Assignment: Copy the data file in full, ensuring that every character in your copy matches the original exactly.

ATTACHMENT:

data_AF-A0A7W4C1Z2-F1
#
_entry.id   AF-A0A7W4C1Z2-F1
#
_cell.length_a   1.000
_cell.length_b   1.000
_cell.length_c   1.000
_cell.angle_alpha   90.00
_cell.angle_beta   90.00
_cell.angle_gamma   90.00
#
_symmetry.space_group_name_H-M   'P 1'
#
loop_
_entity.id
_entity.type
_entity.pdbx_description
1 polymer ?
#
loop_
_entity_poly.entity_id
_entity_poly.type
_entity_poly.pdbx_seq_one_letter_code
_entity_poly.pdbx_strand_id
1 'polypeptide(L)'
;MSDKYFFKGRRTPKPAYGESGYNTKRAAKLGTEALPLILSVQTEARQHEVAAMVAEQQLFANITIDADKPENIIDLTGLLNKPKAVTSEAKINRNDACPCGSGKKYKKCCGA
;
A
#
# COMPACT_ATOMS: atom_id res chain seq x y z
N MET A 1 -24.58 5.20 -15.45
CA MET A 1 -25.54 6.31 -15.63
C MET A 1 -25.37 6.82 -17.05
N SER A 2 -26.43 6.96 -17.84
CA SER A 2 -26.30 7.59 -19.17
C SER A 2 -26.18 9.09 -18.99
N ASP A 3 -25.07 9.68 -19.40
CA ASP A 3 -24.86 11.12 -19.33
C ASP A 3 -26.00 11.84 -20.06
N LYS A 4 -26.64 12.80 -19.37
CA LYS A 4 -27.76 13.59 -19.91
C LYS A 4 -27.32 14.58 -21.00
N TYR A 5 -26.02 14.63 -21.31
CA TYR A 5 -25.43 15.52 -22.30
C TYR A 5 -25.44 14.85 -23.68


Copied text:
data_AF-A0A7W4C1Z2-F1
#
_entry.id   AF-A0A7W4C1Z2-F1
#
_cell.length_a   1.000
_cell.length_b   1.000
_cell.length_c   1.000
_cell.angle_alpha   90.00
_cell.angle_beta   90.00
_cell.angle_gamma   90.00
#
_symmetry.space_group_name_H-M   'P 1'
#
loop_
_entity.id
_entity.type
_entity.pdbx_description
1 polymer ?
#
loop_
_entity_poly.entity_id
_entity_poly.type
_entity_poly.pdbx_seq_one_letter_code
_entity_poly.pdbx_strand_id
1 'polypeptide(L)'
;MSDKYFFKGRRTPKPAYGESGYNTKRAAKLGTEALPLILSVQTEARQHEVAAMVAEQQLFANITIDADKPENIIDLTGLLNKPKAVTSEAKINRNDACPCGSGKKYKKCCGA
;
A
#
# COMPACT_ATOMS: atom_id res chain seq x y z
N MET A 1 -24.58 5.20 -15.45
CA MET A 1 -25.54 6.31 -15.63
C MET A 1 -25.37 6.82 -17.05
N SER A 2 -26.43 6.96 -17.84
CA SER A 2 -26.30 7.59 -19.17
C SER A 2 -26.18 9.09 -18.99
N ASP A 3 -25.07 9.68 -19.40
CA ASP A 3 -24.86 11.12 -19.33
C ASP A 3 -26.00 11.84 -20.06
N LYS A 4 -26.64 12.80 -19.37
CA LYS A 4 -27.76 13.59 -19.91
C LYS A 4 -27.32 14.58 -21.00
N TYR A 5 -26.02 14.63 -21.31
CA TYR A 5 -25.43 15.52 -22.30
C TYR A 5 -25.44 14.85 -23.68